This is mark Joseph “young” blog entry #125, on the subject of My Presidential Election Fears.
I mentioned (originally in #68: Ridiculous Republicans back in March, most recently this past week in #123: The 2016 Election in New Jersey) that this election was going to be about whom you vote against. A lot of people are afraid, very afraid, that one of these candidates will win–probably equally applicable to both candidates, and some voters are afraid of both. I have thought about it, and agree that there is reason to be afraid, but I think I am afraid of only one of them. So permit me a moment to explain.
I am not afraid of a Donald Trump Presidency.
I recognize that Trump presents a lot of bluster and arrogance. He is perceived as a buffoon, a cartoon, a joke. However, he probably has laughed all the way to the bank more than once. He is a successful businessman, with experience in the real world both nationally and internationally. He knows how to run a business, even several businesses.
The perception of Trump from the outside is that he will make many rash decisions. One does not become ludicrously wealthy by making rash decisions–bold, yes, rash, no. Rather, there are two things which someone successful in business learns very early, or he does not continue to be successful for long:
- Hire experts who know their subject, listen to their advice, and follow it.
- Hire executives who know their jobs, and let them do them.
This, incidentally, appears to be how Ronald Reagan ran his White House: surround yourself with people who know what they’re doing, and trust them to do it. I don’t say that Trump is another Reagan; I do expect that he would follow that same effective pattern. Presidents who think they know how to do everything and try to control it all are generally viewed as lesser successes–Wilson, Carter. Those who know how to obtain good advice and delegate important tasks and decisions prove to be the best executives–and the President of the United States is ultimately an executive, not different in kind from the president of a multi-national corporation.
I don’t know that he has always been completely honest, but I believe that he has avoided doing anything illegal, and I think that he means what he says even if he’s a bit dramatic at times. I think in those senses he is trustworthy. He might rattle the big stick quite a bit, but under the bluster he obviously has enough sense to make things work.
As far as some of his “crazy policies”, well, despite the nonsense our present President has tried with his executive orders attempting to end run the legislature, Presidents do not get to do whatever they want. I don’t see even a solidly Republican Congress rubberstamping his ideas, and I’m doubtful we’ll have a solidly Republican Congress. The laws that do get passed will be no more nor less ridiculous than those passed in the past, because we have a good system that works well in that regard. The legislative branch is totally independent of the executive, and has a fair amount of influence over executive appointments and actions, so there is a check in place for all of that.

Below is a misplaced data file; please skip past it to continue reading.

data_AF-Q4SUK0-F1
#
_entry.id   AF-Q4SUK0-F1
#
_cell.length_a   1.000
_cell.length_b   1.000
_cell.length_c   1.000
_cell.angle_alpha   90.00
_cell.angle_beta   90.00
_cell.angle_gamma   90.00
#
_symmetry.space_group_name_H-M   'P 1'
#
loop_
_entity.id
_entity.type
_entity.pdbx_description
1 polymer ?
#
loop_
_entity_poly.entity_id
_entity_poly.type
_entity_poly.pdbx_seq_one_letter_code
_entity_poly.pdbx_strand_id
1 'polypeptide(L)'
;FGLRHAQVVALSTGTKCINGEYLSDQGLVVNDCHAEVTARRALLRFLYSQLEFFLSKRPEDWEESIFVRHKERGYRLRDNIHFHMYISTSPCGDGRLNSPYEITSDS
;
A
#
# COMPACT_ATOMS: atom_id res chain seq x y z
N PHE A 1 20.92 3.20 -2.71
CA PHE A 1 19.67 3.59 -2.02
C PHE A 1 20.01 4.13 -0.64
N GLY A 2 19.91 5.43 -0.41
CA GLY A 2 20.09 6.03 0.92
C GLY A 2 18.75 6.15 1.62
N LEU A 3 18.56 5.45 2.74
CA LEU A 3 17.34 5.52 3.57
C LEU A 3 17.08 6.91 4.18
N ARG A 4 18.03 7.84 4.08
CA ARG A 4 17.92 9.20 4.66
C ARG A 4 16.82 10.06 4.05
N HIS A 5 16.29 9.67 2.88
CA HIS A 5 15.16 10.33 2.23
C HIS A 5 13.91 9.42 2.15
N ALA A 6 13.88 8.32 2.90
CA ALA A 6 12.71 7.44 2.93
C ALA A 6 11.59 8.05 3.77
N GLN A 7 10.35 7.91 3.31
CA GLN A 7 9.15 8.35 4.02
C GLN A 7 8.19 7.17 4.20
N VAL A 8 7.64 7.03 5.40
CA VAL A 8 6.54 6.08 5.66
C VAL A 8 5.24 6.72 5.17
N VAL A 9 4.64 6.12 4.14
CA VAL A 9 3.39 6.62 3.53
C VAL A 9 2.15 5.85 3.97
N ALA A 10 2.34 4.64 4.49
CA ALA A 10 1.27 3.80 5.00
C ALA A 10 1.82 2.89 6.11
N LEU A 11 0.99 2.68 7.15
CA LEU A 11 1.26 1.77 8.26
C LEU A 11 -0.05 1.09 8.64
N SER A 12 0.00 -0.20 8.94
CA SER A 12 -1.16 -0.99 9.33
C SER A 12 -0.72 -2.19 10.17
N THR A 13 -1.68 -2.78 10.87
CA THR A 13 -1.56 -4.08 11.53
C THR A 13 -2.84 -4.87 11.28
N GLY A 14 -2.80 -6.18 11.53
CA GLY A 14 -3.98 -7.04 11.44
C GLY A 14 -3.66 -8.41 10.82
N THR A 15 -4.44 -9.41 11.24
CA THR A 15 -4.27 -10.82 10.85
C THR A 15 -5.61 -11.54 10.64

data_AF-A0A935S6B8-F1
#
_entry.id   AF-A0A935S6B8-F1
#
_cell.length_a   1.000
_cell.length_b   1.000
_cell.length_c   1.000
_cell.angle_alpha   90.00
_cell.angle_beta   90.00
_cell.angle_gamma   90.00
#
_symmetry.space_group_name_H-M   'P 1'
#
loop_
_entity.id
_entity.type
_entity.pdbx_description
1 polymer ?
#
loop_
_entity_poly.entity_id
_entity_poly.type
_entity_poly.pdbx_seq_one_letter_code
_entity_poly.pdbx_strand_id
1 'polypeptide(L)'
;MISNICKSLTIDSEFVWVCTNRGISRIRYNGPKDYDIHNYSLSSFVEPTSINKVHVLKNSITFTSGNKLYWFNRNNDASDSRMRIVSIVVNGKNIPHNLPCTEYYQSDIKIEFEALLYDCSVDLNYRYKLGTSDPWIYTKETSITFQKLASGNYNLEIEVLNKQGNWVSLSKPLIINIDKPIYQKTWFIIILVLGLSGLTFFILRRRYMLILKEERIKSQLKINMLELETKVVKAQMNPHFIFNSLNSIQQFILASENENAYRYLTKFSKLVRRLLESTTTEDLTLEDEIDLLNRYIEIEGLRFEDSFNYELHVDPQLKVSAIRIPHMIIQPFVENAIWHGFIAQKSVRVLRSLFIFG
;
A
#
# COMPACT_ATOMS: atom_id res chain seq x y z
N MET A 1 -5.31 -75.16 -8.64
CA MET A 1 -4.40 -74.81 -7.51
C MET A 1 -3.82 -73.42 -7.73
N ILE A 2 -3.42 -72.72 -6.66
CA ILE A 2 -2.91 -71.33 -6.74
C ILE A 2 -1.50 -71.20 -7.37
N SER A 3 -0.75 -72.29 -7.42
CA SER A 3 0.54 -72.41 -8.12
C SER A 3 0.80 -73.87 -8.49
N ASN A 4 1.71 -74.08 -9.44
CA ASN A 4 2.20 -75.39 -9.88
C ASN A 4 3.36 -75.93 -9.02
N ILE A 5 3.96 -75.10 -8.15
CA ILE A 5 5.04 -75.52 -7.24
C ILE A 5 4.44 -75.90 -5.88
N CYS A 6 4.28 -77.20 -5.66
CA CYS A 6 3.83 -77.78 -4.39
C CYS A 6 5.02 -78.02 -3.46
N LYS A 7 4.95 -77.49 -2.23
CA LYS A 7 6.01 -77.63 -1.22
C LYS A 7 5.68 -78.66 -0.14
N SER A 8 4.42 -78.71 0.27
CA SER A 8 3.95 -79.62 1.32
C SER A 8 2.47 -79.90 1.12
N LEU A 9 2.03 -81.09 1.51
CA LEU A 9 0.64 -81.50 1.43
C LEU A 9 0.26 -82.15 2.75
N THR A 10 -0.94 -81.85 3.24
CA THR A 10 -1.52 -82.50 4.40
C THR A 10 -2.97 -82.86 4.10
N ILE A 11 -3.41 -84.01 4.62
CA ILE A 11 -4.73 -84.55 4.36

I am afraid of a Hillary Clinton Presidency.
The simple reason is that I do not trust her. I believe that she lies to obtain power, wealth, and fame. I don’t see that changing simply because she gets it. There are serious concerns about whether she and her staff are guilty of treason in leaking classified information through carelessness–and while one might thereby excuse it because everyone makes mistakes, there are also serious allegations of influence peddling when she was Secretary of State. There is the potential that she will be indicted for any of these offenses before she can take the oath of office.
I do not want our President to be available to the highest bidder.
I do not want our President to lie to us about her intentions or her actions.
I do not want our next Supreme Court nominee, or appointee to the State Department, or any other government official to be selected from the short list of Clinton Foundation donors.
I have had enough of government corruption and overreaching with the present administration, and would like to see it ended. A Clinton Presidency would more likely escalate it. There is good evidence that she has lied, cheated, and stolen in the past, and no evidence that she will do otherwise in the future. I would prefer not to give her that opportunity.
I believe that we are all in God’s hands; that does not mean He will protect our nation. We will get either the government we need or the one we deserve. That might not be the one we like, but God knows what He’s doing. My fears might become reality, or they might be allayed; I might be wrong in my assessment of the dangers in either direction. However, I am going to vote against the candidate I most fear. We do not need a Democratic version of Richard Nixon.
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